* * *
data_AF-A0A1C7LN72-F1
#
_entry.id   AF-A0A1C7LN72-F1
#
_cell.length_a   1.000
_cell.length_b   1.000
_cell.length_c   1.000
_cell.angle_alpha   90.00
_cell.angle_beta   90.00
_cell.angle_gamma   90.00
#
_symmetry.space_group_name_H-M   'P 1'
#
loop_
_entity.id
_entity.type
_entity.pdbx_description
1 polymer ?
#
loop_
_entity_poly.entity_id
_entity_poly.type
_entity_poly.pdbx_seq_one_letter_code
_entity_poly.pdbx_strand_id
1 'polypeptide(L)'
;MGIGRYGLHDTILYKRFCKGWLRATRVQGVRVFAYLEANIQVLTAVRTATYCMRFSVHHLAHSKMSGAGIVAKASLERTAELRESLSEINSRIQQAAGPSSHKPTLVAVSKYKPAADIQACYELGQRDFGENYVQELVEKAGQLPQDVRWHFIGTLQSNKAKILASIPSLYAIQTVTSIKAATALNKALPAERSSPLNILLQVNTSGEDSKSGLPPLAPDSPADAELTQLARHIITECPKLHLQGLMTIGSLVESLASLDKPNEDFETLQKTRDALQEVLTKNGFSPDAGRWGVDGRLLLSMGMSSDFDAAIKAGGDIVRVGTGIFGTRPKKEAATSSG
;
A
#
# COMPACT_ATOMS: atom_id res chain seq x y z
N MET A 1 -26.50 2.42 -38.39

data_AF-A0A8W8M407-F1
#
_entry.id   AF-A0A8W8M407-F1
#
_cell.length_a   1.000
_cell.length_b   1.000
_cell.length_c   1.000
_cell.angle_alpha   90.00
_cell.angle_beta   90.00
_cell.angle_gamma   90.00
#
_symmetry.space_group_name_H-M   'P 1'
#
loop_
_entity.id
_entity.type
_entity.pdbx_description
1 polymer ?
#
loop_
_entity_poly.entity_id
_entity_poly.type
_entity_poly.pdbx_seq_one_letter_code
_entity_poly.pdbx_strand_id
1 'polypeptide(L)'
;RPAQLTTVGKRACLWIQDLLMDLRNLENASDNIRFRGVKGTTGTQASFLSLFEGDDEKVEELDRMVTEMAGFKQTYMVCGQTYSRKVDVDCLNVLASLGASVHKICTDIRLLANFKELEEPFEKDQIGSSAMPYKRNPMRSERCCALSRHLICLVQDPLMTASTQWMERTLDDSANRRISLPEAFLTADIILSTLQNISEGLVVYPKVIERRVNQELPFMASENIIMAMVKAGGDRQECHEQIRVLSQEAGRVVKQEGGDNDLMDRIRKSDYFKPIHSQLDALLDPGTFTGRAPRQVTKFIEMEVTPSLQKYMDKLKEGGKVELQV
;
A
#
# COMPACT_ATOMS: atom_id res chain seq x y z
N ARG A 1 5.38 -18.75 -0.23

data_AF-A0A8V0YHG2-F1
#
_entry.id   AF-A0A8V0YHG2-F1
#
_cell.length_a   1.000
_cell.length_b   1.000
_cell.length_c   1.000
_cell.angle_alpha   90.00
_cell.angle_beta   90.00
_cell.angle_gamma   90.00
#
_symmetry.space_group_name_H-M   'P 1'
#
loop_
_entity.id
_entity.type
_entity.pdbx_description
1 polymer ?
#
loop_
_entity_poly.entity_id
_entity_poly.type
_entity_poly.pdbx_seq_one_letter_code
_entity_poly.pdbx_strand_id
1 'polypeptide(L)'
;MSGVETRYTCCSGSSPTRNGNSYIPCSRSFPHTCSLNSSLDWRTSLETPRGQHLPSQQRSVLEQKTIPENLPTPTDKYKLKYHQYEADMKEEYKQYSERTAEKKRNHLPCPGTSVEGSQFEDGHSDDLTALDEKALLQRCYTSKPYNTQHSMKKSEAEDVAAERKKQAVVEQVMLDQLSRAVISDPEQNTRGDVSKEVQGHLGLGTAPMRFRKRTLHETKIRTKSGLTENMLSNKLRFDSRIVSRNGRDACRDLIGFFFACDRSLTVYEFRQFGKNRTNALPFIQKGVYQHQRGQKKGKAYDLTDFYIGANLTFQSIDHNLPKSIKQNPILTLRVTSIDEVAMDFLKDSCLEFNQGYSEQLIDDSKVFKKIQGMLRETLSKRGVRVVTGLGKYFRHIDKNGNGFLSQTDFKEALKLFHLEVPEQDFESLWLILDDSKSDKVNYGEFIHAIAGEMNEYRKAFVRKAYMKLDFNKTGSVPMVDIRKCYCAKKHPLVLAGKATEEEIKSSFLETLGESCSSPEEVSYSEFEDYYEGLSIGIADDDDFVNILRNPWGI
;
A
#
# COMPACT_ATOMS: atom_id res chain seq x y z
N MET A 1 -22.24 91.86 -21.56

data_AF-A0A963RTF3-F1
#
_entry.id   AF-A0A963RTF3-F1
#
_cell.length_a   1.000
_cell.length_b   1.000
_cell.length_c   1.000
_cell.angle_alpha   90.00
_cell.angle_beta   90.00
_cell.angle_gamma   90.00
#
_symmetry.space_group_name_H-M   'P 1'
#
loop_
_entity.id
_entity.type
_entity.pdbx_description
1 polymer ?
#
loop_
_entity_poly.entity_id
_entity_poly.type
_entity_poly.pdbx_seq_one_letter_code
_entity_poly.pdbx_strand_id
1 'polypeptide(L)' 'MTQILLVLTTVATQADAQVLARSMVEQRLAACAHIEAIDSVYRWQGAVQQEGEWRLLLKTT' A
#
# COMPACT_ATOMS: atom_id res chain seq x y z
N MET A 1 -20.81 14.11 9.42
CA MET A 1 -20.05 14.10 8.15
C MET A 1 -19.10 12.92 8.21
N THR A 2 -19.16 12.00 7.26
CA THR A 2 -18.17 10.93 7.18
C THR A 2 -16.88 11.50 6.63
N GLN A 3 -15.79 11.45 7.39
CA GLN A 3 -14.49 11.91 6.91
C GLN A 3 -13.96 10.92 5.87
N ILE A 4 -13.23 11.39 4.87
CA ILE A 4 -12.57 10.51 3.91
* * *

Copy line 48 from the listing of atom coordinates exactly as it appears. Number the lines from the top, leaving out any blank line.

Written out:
_entity.pdbx_description